Cascading style sheets (CSS) is governed by hypertext markup language (HTML), which is the primary means of defining the elements on a web page today. If you're in the game to learn about CSS, you may know by now that it can be a tough mark-up language to learn, especially if you don't already know a bit of HTML to start with. However, once you have a few notches in your belt with both, CSS in particular can make page design much more fluid and effective on the whole.
There are many resources on the Internet that can help you learn CSS and hone your skills with it. You can also find tips that wil effectively slim down on the mess of syntax logic that typically comes with a beginner's attempt at telling the engine what they want it to do. The site we're focusing on today is CodePen, which is an online service that effectively acts as a developer playground for those who want to try out their HTML and CSS skills before putting it to practical use.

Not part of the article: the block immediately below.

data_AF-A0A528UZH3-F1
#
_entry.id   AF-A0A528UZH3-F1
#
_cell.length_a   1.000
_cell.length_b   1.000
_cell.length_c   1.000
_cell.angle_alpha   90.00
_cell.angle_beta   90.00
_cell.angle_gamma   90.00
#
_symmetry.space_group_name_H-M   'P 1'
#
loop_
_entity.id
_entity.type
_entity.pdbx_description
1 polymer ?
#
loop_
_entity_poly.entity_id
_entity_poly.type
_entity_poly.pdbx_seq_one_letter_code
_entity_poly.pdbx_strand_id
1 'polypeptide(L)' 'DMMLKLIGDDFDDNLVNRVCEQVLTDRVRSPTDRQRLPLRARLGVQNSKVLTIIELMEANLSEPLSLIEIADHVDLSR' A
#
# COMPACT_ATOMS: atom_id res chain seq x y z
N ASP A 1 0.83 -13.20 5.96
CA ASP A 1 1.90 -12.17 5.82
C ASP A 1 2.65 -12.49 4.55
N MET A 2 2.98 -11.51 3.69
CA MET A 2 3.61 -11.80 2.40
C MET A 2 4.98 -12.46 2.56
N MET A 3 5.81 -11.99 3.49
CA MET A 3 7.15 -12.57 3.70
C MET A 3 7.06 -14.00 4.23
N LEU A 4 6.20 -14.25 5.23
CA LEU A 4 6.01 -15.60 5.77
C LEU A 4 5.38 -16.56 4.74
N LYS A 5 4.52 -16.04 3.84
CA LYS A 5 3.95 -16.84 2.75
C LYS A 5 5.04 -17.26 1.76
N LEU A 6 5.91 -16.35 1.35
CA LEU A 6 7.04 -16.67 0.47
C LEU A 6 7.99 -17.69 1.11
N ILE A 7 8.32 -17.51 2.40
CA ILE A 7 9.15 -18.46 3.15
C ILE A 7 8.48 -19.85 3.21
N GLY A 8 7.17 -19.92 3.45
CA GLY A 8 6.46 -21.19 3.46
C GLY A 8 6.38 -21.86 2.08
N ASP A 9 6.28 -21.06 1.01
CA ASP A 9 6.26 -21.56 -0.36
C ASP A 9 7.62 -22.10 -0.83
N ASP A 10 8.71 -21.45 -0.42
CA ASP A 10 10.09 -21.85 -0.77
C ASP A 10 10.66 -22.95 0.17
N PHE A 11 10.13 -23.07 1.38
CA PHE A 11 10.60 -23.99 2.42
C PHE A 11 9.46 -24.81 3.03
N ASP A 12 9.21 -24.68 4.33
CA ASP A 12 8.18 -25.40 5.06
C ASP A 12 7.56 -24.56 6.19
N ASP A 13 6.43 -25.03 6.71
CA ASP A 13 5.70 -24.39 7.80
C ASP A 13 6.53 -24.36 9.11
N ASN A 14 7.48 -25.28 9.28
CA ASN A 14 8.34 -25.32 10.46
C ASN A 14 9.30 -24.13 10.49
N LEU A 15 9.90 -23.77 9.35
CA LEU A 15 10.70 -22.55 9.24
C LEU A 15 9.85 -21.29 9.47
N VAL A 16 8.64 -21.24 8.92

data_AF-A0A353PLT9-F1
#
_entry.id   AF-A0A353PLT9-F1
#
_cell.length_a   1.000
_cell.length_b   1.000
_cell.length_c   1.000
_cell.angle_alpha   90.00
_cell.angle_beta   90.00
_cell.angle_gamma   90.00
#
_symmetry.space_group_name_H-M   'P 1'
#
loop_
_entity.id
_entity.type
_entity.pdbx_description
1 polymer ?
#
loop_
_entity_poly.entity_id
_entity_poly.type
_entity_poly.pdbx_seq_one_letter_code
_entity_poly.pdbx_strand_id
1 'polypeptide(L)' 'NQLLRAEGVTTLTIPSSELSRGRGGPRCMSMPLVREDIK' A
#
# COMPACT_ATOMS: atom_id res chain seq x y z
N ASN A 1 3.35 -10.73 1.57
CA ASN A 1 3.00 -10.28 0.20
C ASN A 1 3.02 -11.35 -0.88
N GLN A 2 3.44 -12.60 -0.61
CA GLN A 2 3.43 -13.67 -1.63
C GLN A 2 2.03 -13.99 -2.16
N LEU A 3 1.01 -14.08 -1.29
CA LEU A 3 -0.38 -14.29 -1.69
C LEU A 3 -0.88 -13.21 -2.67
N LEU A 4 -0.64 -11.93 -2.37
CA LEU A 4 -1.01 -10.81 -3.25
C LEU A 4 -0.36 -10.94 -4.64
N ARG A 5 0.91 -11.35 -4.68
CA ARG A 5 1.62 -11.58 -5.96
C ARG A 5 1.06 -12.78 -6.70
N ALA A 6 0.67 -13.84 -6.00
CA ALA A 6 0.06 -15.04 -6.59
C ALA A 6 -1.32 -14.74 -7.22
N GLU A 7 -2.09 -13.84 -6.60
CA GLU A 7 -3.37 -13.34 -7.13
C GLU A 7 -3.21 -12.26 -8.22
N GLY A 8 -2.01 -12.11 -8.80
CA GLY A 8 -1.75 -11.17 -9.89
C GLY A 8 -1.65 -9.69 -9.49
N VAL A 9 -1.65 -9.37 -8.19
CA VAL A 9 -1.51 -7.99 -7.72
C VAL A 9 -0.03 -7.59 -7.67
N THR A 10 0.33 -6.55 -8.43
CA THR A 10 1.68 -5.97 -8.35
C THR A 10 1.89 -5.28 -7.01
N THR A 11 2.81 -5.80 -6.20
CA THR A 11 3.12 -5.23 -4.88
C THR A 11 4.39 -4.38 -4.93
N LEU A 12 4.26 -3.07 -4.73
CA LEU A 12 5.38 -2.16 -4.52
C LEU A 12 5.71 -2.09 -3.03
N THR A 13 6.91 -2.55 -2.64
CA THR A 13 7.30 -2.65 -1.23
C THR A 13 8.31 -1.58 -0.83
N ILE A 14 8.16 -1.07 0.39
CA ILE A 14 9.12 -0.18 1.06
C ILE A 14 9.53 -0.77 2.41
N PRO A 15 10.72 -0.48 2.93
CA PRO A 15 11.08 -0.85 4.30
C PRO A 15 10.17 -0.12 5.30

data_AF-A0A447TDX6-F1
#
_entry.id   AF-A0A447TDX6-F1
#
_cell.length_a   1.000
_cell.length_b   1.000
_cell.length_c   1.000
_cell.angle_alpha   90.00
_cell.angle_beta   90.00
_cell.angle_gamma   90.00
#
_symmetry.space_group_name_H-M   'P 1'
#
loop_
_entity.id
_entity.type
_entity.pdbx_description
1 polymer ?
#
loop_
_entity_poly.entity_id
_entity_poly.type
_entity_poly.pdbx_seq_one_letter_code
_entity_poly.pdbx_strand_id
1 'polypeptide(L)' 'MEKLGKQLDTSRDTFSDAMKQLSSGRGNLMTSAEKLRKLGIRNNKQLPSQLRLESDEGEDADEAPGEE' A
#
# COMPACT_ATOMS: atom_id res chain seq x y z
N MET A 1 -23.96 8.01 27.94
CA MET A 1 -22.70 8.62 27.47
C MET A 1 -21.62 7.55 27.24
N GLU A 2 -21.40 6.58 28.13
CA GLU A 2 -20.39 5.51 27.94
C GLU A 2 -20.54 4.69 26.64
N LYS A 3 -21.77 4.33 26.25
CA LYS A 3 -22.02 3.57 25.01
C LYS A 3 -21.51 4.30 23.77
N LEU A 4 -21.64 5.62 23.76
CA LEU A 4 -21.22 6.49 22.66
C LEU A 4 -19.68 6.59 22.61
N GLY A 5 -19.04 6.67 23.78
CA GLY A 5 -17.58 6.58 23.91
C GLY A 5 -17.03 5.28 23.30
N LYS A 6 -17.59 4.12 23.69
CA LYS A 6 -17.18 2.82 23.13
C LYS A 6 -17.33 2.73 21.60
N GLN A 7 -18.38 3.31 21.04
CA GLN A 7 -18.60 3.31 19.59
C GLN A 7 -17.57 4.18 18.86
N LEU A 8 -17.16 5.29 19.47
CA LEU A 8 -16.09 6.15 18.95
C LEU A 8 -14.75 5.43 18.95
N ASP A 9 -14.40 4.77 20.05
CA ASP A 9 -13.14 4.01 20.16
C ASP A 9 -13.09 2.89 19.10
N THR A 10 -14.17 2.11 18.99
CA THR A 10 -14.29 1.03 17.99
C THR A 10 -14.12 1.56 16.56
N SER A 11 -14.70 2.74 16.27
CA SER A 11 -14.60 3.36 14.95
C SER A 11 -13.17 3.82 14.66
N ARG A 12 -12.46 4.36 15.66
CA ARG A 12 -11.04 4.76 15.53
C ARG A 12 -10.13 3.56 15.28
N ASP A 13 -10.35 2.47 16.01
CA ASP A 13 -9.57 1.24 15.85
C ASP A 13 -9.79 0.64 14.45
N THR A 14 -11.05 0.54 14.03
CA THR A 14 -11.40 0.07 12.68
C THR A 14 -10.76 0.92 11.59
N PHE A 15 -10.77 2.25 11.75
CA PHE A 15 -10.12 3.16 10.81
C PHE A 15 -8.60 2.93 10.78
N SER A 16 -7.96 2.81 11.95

You can also find a number of user-created presets on this site in case you aren't feeling too privy or inspired to create your own page designs and layouts. You can find landing pages, animation elements and other useful effects that were written and then uploaded either individually or in tandem with other functional and aesthetic attributes. In addition, you're given the option to play around with someone else's creation to tweak it for your own unique twist.
While viewing a page that you've created, you have the option of changing between developer and client views as well as opening a details panel and the paid exclusive Presentation Mode. Think of CodePen as a social get-together forum of sorts for front-end management and page developers of all kinds to create, support and share their work. It's a great opportunity for you to bolster your experience, pick up a few new ideas or simply snag a template that you'd like to use on your own page.